Influencing analysts’ growing market for consulting

Springboard’s acquisition of Hydrasight (discussed last month) and the expansion of Experton Group into the UK reflect an important shifting value curve in the analyst industry, with important implications for analyst relations managers. Communications managers need to know what’s happening, how to anticipate the changes, and what to do differently.

Our regular surveys of analyst clients shows that demand continues to shift from basic research and syndicated subscription service. Instead both CIOs and IT users want more interaction and customisation in their work with analyst houses. Firms that have CIO-level experts with meaningful industry experience, like Hydrasight and Experton Group, are in demands. That means that analyst firms that want to grow to fill that markets, such as Springboard, need to hire top analysts who can also be top consultants.

PAC, the firm which stand out as the develop of analyst-consultants (and at that firm they are also account managers) has a term that indicates the rareness of the individuals who combine these rather separate skills: “five legged sheep”. So it’s no surprise to see Springboard’s growing office in Dehli hiring PAC’s Frederic Giron (Whose twitter page still links to PAC today).

Generally, the growing need for more custom consulting means that firms need to have more consultants, or they need to have analysts with more time to interact with customers. Either way, it means increasing headcount. Some firms, like Gartner, are not really increasing their headcount except through acquisition. But for other firms, a down market is a great time to hire.

Several analyst firms are starting to hire, and some quite seriously. Most impressive is Yankee Group, which this week won a further $10 million investment by Alta Communications. They’ll be doubling their research staff over two years, and hiring a new CEO to allow Emily Green to focus on her ‘evangelist’ role, and are already hiring in both Europe and the US.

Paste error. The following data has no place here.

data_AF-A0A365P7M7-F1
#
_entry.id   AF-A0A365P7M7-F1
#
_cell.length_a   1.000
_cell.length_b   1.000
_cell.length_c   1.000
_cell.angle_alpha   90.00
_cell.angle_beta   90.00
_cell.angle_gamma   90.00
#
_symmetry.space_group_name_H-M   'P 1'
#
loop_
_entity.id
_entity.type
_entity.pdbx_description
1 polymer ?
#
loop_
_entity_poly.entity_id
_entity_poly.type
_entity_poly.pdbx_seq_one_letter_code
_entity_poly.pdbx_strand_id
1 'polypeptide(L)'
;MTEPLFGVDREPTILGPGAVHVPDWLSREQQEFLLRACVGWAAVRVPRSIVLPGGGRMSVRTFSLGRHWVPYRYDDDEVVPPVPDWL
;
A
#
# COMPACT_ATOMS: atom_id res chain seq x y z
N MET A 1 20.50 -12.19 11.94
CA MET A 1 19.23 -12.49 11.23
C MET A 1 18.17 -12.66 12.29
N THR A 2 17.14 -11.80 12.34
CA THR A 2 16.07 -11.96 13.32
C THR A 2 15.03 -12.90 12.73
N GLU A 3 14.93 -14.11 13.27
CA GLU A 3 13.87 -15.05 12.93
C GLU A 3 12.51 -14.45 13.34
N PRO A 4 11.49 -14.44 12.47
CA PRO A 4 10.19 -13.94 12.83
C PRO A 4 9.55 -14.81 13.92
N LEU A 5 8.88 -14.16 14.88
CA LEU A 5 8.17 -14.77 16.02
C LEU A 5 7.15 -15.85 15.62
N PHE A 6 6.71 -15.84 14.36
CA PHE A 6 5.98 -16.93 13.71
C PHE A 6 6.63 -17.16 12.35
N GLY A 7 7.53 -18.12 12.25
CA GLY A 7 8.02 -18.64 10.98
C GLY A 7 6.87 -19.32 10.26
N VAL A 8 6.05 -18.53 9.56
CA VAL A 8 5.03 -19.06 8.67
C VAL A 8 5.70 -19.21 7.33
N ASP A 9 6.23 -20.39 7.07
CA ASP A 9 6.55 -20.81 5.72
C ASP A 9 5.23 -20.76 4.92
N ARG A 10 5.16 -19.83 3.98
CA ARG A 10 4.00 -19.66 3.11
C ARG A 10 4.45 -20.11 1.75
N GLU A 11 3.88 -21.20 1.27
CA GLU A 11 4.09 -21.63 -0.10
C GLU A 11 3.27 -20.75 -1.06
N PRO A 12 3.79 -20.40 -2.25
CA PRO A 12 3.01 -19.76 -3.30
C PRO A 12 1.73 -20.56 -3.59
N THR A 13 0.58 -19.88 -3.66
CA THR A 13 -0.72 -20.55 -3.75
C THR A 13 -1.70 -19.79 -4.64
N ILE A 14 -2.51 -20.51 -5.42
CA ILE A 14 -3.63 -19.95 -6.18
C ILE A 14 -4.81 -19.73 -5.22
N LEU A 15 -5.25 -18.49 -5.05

Since many economists are anticipating a double dip in the recession later this year, we see a continuing opportunity for analyst firms to cherry pick staff to grow new capabilities, especially from the end user organisations and vendor companies. One firm that’s doing that is EMA which has expanded coverage to include business intelligence and data warehousing. The first step in that expansion is the addition of Shawn Rogers to the team as a Vice President to lead the building of this new practice area.

The current space of change in the analyst industry is accelerating: and the next year is sure to see the current trends deepen.

Duncan Chapple

Duncan Chapple is the preeminent consultant on optimising international analyst relations and the value created by analyst firms. As SageCircle research director, Chapple directs programs that assess and increase the business value of relationships with industry analysts and sourcing advisors.

There are 2 comments on this post
  1. January 23, 2015, 9:06 pm

    […] on investors and the media.  It is also strong at getting paying customers, perhaps because of its consulting services and purchase of […]

  2. May 28, 2015, 8:58 am

    […] Analysts As Consultants On the face of things, it would seem natural to extend these experts’ reach into the consulting field. Analysts certainly have the necessary depth of knowledge about technology, and many research companies have found consulting a new vital source of revenue. Indeed, the two biggest technology analyst companies, Gartner and Meta Group, both based in Stamford, Conn., have recently started consulting divisions that work with both technology buyers and technology vendors to set strategy. These companies tend to get the jobs that are too small to interest the Big Five consultants or strategic groups such as McKinsey Consulting or Boston Consulting Group. […]